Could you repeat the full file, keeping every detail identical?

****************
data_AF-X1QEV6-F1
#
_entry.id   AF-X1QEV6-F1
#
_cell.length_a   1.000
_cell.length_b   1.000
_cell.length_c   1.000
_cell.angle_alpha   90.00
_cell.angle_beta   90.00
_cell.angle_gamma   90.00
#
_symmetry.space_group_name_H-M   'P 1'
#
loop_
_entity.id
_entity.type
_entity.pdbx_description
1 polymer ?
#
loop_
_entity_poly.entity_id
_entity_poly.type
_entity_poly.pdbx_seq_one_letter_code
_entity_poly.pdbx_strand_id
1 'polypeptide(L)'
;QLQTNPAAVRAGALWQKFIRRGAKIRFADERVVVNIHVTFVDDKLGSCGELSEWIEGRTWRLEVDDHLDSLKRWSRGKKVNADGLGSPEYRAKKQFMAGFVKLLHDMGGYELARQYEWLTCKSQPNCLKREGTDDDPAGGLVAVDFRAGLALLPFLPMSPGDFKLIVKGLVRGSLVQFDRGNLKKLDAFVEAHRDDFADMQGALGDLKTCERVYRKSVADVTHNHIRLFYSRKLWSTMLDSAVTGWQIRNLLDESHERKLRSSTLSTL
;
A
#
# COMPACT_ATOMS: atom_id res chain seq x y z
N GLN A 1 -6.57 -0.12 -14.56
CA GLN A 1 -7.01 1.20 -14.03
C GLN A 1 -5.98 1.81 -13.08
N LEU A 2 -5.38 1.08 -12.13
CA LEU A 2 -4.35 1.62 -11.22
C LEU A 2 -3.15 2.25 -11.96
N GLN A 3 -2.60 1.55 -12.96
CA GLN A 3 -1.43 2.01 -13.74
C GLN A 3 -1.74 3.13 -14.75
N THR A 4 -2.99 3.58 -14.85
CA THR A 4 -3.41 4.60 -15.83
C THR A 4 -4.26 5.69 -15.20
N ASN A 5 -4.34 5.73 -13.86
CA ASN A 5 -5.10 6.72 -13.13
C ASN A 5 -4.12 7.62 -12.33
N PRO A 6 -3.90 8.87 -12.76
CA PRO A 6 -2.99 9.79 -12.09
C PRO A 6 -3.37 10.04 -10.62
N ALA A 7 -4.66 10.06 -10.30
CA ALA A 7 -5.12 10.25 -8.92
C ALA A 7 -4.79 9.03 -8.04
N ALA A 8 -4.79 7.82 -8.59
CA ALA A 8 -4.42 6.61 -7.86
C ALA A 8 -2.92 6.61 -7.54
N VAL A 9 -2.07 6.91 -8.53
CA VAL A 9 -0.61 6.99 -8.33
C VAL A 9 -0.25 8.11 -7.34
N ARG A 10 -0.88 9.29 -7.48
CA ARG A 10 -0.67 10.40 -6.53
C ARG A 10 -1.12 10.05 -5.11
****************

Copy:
data_AF-X1QEV6-F1
#
_entry.id   AF-X1QEV6-F1
#
_cell.length_a   1.000
_cell.length_b   1.000
_cell.length_c   1.000
_cell.angle_alpha   90.00
_cell.angle_beta   90.00
_cell.angle_gamma   90.00
#
_symmetry.space_group_name_H-M   'P 1'
#
loop_
_entity.id
_entity.type
_entity.pdbx_description
1 polymer ?
#
loop_
_entity_poly.entity_id
_entity_poly.type
_entity_poly.pdbx_seq_one_letter_code
_entity_poly.pdbx_strand_id
1 'polypeptide(L)'
;QLQTNPAAVRAGALWQKFIRRGAKIRFADERVVVNIHVTFVDDKLGSCGELSEWIEGRTWRLEVDDHLDSLKRWSRGKKVNADGLGSPEYRAKKQFMAGFVKLLHDMGGYELARQYEWLTCKSQPNCLKREGTDDDPAGGLVAVDFRAGLALLPFLPMSPGDFKLIVKGLVRGSLVQFDRGNLKKLDAFVEAHRDDFADMQGALGDLKTCERVYRKSVADVTHNHIRLFYSRKLWSTMLDSAVTGWQIRNLLDESHERKLRSSTLSTL
;
A
#
# COMPACT_ATOMS: atom_id res chain seq x y z
N GLN A 1 -6.57 -0.12 -14.56
CA GLN A 1 -7.01 1.20 -14.03
C GLN A 1 -5.98 1.81 -13.08
N LEU A 2 -5.38 1.08 -12.13
CA LEU A 2 -4.35 1.62 -11.22
C LEU A 2 -3.15 2.25 -11.96
N GLN A 3 -2.60 1.55 -12.96
CA GLN A 3 -1.43 2.01 -13.74
C GLN A 3 -1.74 3.13 -14.75
N THR A 4 -2.99 3.58 -14.85
CA THR A 4 -3.41 4.60 -15.83
C THR A 4 -4.26 5.69 -15.20
N ASN A 5 -4.34 5.73 -13.86
CA ASN A 5 -5.10 6.72 -13.13
C ASN A 5 -4.12 7.62 -12.33
N PRO A 6 -3.90 8.87 -12.76
CA PRO A 6 -2.99 9.79 -12.09
C PRO A 6 -3.37 10.04 -10.62
N ALA A 7 -4.66 10.06 -10.30
CA ALA A 7 -5.12 10.25 -8.92
C ALA A 7 -4.79 9.03 -8.04
N ALA A 8 -4.79 7.82 -8.59
CA ALA A 8 -4.42 6.61 -7.86
C ALA A 8 -2.92 6.61 -7.54
N VAL A 9 -2.07 6.91 -8.53
CA VAL A 9 -0.61 6.99 -8.33
C VAL A 9 -0.25 8.11 -7.34
N ARG A 10 -0.88 9.29 -7.48
CA ARG A 10 -0.67 10.40 -6.53
C ARG A 10 -1.12 10.05 -5.11